Among attorneys surveyed, 97 percent said they've seen an increase in evidence taken from smartphones and other wireless devices in the last three years. Texts accounted for 46 percent of the evidence gathered, followed by emails at 30 percent and phone numbers or call history at 12 percent. The top apps listed for divorce evidence were Find My iPhone and Snapchat.

Monday, June 15, 2015

Police seize children because the family was camping

Thinking about taking the kids for an extended camping trip this summer?  Just don't make it too rustic or you could find yourself investigated by CPS.  Is CPS trying too hard to define what makes a home habitable?  Where does the line get drawn?

Don't Make These 3 Huge Mistakes During Divorce

Remember that it doesn't just affect you, but your kids as well.
You just filed for divorce and you're feeling overwhelmed. After being married for so many years, getting used to the idea that you're no longer together is hard.
You try detaching yourself from the situation in the hopes that it'll help you move on, but you know that the reality is that your ex will always be around because of your kids.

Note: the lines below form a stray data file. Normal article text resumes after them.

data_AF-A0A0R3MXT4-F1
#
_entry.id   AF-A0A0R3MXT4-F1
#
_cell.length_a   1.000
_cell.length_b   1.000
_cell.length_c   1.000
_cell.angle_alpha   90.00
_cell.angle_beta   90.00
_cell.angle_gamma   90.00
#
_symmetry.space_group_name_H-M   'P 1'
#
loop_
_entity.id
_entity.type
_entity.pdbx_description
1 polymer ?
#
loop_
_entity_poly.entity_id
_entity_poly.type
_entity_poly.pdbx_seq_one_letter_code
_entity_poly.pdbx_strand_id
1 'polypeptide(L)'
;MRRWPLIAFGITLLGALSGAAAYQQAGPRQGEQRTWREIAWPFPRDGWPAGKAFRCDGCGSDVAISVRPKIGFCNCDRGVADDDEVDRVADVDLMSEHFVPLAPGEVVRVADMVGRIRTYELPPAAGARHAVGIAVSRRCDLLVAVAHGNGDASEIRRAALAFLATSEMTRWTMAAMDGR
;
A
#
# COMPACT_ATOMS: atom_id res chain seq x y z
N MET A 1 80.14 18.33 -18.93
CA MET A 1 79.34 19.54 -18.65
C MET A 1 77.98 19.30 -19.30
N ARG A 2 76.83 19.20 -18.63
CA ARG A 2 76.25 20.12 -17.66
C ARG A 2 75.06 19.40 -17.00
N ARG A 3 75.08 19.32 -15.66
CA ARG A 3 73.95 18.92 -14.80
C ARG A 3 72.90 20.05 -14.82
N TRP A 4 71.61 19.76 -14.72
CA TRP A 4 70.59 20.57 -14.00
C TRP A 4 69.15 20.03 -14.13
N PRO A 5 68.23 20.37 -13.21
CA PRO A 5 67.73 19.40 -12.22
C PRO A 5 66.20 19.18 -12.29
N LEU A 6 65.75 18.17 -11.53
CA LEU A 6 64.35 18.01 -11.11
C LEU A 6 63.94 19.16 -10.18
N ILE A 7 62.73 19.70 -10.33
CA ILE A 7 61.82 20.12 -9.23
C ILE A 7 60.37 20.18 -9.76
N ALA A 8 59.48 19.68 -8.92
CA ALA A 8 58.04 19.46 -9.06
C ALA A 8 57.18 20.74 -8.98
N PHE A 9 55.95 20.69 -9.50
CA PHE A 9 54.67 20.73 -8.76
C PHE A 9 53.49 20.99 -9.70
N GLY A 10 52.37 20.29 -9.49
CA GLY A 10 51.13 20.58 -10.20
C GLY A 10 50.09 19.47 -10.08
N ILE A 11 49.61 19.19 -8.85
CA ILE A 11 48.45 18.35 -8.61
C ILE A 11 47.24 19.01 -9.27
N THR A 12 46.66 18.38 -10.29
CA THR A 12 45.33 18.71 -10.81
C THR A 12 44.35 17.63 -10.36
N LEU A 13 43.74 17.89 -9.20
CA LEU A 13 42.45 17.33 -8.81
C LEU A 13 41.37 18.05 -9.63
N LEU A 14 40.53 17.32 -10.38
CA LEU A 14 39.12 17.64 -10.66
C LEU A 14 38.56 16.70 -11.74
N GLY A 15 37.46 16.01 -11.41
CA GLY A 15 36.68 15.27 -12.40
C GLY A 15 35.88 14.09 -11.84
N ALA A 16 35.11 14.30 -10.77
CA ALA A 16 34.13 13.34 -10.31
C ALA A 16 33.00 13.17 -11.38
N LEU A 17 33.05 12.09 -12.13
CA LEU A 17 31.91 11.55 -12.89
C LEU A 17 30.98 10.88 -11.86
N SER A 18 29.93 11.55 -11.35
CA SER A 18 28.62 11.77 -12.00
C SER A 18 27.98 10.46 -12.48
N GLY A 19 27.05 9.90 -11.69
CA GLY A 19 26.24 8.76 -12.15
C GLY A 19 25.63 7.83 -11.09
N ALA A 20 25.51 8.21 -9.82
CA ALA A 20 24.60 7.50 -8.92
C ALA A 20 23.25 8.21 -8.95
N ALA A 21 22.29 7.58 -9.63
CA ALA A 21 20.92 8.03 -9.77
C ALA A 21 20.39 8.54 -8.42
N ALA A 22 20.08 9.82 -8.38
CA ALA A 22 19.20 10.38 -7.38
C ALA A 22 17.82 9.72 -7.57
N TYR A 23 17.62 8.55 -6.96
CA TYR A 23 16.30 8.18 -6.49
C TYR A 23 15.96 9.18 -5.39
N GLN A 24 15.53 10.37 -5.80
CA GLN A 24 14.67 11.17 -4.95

You argue constantly, which just succeeds in reminding you why you're getting a divorce in the first place.
When you're caught up in the moment, it's easy to forget that your divorce doesn't just affect you, but your kids as well. That's what makes having an amicable divorce that much more crucial.
Authors John Gray and Charles J. Orlando, Relationship Help Doctor Rhoberta ShalerShannon Rios Paulsen LMFT, and Jennifer Maddox LCSW  discuss different mistakes that you must avoid making at all costs. Protect your kids from going through an even more heartbreaking experience.
1. Take responsibility for your marriage ending.
Shannon stresses that you must hold yourself accountable for what happened between the two of you. She says "When you're not responsible, you play the blame game. [...] Well, you have to bring it to yourself and say 'What was my role in this?' Because if you don't do that, you can't learn, you can't grow, you can't create the next level best relationship."